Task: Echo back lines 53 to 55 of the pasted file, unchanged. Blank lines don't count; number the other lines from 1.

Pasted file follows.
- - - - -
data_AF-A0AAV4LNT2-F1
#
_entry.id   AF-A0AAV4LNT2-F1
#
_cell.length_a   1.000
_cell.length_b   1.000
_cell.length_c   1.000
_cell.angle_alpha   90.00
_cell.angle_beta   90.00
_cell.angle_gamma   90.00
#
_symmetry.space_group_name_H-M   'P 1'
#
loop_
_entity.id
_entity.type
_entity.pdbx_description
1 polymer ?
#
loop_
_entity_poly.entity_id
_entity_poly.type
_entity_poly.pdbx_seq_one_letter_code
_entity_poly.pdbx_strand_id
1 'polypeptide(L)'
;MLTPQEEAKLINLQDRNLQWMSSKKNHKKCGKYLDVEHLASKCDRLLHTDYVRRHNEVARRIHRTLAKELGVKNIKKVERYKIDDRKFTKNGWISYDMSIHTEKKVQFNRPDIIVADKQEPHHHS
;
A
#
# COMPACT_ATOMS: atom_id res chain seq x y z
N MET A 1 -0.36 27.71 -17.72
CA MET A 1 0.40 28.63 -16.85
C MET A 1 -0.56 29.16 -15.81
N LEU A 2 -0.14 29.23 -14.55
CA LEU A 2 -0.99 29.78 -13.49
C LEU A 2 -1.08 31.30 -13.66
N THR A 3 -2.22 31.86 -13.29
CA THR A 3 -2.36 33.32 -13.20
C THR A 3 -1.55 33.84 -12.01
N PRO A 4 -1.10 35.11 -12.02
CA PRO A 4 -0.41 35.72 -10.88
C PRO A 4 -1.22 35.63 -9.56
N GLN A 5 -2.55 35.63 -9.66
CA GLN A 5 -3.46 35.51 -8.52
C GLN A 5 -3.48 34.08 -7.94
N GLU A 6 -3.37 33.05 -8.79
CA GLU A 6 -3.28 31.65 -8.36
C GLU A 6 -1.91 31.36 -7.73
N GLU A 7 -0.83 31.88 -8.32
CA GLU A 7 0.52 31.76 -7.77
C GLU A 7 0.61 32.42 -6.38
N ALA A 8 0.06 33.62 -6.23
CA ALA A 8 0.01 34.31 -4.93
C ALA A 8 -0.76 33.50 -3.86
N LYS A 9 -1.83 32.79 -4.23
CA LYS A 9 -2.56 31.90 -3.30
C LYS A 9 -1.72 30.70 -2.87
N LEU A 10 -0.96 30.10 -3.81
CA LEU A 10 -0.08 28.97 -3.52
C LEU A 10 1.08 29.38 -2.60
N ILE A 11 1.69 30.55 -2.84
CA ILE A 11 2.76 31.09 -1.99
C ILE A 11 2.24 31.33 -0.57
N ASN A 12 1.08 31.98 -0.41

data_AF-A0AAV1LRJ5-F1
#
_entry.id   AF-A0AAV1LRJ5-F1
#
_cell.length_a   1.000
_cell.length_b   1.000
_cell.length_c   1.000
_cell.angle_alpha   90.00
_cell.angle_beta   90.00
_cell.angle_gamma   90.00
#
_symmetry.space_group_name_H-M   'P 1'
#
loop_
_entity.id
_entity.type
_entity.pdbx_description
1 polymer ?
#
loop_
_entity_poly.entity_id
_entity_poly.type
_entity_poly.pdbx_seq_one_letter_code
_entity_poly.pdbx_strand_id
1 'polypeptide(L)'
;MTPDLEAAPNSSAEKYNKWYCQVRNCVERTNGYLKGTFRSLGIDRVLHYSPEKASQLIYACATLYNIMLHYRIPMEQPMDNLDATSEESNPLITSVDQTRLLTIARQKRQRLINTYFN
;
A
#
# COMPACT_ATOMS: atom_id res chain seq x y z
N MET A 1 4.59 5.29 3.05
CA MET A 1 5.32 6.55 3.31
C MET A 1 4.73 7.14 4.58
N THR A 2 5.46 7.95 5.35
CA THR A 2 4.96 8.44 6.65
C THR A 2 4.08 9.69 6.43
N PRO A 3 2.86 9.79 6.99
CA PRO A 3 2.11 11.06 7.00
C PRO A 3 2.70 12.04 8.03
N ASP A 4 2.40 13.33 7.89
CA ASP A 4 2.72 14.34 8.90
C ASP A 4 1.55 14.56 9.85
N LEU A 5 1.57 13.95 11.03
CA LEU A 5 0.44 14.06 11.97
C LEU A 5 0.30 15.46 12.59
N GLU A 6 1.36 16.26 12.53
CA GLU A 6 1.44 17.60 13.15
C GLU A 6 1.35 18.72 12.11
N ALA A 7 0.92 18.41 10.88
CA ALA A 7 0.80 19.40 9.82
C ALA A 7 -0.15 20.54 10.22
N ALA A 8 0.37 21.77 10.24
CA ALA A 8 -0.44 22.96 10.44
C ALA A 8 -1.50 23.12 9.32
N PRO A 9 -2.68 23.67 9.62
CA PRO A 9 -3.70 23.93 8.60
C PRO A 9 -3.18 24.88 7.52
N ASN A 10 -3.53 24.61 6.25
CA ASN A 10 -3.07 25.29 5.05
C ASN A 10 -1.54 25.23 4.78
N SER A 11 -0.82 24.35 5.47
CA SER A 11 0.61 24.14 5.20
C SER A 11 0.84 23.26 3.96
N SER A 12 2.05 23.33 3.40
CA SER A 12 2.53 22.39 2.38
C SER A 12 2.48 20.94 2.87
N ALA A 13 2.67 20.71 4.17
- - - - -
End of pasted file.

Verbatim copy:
CA ALA A 8 0.01 34.31 -4.93
C ALA A 8 -0.76 33.50 -3.86
N LYS A 9 -1.83 32.79 -4.23